Art News

Cork city sculpture trail

‘Island City’, a sculpture trail intended to enliven Cork’s streetscapes, is a welcome initiative in contemporary Irish art, bringing art out of the galleries and into the public realm.

Cork city sculpture trail
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‘Island City’, a sculpture trail intended to enliven Cork’s streetscapes, is a welcome initiative in contemporary Irish art, bringing art out of the galleries and into the public realm. Organised by the National Sculpture Factory and funded by Fáilte Ireland, when completed, ‘Island City’ will comprise five sculptures, each located at a different point in the city. All are ambitious in scale and will remain on show for five years. The first, Niamh McCann’s Sentinel, is sited in Carey’s Lane and pays homage to the avian inhabitants of the city. The second sculpture, made by an art/architecture collective known as Forerunner and titled Boom Nouveau, is sited at the junction of Cook Street and Oliver Plunkett Street.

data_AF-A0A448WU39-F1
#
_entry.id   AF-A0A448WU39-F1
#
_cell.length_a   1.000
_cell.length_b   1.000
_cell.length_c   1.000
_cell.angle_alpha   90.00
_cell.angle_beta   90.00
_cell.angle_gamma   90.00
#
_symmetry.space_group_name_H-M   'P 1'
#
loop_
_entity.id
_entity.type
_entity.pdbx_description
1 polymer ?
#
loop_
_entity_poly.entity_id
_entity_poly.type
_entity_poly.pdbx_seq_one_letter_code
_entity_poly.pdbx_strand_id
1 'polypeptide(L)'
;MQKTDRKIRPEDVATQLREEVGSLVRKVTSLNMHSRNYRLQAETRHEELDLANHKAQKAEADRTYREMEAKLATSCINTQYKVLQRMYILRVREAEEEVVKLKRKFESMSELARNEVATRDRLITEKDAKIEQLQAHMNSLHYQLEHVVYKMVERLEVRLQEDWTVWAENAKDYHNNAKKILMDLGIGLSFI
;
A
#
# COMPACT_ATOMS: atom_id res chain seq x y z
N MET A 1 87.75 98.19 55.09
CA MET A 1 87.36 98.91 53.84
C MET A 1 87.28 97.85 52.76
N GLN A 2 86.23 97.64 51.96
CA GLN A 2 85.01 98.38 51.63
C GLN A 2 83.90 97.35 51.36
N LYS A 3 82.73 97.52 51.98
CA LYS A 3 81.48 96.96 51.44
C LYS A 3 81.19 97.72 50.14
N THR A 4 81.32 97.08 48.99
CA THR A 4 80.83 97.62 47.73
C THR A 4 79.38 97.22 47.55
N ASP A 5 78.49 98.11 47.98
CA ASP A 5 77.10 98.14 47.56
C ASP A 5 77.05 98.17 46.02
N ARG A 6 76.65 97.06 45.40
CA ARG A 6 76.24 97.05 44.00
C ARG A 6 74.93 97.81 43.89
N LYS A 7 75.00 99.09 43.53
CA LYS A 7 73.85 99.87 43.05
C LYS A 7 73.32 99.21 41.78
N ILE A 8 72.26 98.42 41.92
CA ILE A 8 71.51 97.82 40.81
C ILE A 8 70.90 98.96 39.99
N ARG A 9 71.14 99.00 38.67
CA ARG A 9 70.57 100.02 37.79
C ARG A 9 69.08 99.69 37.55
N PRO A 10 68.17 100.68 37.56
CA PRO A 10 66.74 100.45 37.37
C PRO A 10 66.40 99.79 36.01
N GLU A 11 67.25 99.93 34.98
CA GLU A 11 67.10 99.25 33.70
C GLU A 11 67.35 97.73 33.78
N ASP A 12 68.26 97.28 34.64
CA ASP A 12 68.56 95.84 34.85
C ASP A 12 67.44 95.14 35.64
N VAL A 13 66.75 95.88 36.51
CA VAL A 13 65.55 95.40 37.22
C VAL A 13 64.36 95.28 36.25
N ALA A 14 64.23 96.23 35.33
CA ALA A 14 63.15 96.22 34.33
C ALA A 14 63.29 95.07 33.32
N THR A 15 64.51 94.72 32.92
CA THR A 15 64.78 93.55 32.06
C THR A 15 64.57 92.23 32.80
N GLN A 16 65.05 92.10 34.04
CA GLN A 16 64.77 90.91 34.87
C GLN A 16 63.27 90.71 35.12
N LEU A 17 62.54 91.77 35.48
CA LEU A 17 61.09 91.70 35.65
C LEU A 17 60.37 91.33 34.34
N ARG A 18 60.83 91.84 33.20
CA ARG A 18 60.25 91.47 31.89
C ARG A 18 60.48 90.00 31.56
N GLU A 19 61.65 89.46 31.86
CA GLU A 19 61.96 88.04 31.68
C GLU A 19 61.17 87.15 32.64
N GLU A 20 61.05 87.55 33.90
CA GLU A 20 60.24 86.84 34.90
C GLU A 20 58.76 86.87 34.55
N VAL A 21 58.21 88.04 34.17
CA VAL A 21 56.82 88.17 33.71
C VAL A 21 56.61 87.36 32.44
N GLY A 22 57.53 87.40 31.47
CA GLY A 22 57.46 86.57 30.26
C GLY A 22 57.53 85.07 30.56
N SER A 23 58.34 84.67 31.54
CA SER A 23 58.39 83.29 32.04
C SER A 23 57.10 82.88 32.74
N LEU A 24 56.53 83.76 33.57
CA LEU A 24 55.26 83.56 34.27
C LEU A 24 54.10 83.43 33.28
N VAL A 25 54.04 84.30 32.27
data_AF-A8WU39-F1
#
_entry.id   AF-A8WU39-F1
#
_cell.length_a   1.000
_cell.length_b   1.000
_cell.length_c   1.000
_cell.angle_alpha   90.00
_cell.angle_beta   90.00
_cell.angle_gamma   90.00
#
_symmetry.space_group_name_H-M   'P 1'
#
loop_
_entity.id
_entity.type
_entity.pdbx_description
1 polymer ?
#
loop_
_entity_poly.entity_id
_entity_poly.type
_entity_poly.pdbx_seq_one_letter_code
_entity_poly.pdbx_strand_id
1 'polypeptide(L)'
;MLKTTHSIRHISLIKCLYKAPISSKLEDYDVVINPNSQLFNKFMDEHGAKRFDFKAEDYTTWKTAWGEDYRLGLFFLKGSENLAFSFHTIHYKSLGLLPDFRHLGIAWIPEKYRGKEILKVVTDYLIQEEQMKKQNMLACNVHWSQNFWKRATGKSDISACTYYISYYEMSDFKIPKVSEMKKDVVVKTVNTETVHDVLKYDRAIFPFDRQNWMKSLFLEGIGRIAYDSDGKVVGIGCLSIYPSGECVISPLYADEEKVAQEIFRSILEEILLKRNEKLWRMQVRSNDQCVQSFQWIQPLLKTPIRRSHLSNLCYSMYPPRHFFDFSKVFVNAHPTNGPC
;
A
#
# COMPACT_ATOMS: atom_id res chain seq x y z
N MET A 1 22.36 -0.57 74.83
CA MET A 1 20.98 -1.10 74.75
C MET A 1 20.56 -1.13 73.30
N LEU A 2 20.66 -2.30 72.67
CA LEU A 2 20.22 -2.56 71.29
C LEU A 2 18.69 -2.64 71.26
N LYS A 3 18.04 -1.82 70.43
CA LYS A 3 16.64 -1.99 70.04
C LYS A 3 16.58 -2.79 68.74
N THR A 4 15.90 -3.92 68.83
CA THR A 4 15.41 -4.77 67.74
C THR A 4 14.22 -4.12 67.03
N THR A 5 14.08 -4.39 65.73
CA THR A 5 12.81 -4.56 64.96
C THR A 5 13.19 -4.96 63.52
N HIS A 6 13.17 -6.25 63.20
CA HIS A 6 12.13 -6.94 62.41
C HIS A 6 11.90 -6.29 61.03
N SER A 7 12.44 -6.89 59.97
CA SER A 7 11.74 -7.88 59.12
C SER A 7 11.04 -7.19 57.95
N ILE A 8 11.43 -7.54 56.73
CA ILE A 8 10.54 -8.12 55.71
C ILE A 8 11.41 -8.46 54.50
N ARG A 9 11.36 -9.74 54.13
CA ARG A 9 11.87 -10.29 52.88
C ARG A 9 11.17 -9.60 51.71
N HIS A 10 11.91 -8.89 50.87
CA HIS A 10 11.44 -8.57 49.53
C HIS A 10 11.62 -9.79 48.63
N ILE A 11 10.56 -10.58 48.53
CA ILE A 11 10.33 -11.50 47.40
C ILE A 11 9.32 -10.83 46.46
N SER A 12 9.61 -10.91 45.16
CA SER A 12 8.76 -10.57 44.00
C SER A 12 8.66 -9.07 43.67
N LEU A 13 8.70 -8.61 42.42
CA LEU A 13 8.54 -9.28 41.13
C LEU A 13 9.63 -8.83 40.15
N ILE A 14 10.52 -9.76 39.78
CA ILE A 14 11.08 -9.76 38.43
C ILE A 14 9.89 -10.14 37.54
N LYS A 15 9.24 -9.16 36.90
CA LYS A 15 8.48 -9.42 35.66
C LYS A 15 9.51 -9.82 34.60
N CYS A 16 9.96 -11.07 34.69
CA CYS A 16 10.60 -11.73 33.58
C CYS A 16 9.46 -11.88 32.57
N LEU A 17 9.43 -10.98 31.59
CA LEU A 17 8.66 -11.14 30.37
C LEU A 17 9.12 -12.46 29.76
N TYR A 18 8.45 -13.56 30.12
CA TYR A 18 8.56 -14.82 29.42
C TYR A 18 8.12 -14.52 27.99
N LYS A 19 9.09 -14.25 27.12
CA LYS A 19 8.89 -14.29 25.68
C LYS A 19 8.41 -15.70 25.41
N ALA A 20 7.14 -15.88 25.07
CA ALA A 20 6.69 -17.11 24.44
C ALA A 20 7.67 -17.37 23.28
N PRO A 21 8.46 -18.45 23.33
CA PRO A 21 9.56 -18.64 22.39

The most recent placement is Face Cup, a work by Fiona Mulholland, which is positioned at the corner of Princes Street and Oliver Plunkett Street. The final two sculptures will be installed in the coming months.

Fixed to the outside of the Exchange Building, Mulholland’s impressive Face Cup comprises three gold-painted works made of polyester and fibreglass. The artist based Face Cup on pottery artifacts discovered two decades ago by archaeologists working on the N8/N73 road scheme at Mitchelstown. Dating from the Bronze Age, the artifacts may have been intended as playthings for children, or as quirky grave goods. One is a small cup, with a face and feet, another is a pottery vessel with ears and the third is a spoon. Mulholland has translated these objects into large elements that are now fastened, one above the other, to the outside of the Exchange Building, which has been painted with abstract geometric patterns. Face Cup provides a wry commentary on the history of the building, which stands on the site of a former theatre and once housed the Ivory Tower restaurant.

‘It was challenging to create a 3D sculpture on the side of a building,’ says Mulholland, ‘but I had great support from the archaeologists and some talented craftspeople. The pieces are painted gold as a nod to the Bronze Age. They link our past to the future, hopefully with some humour.’

Peter Murray

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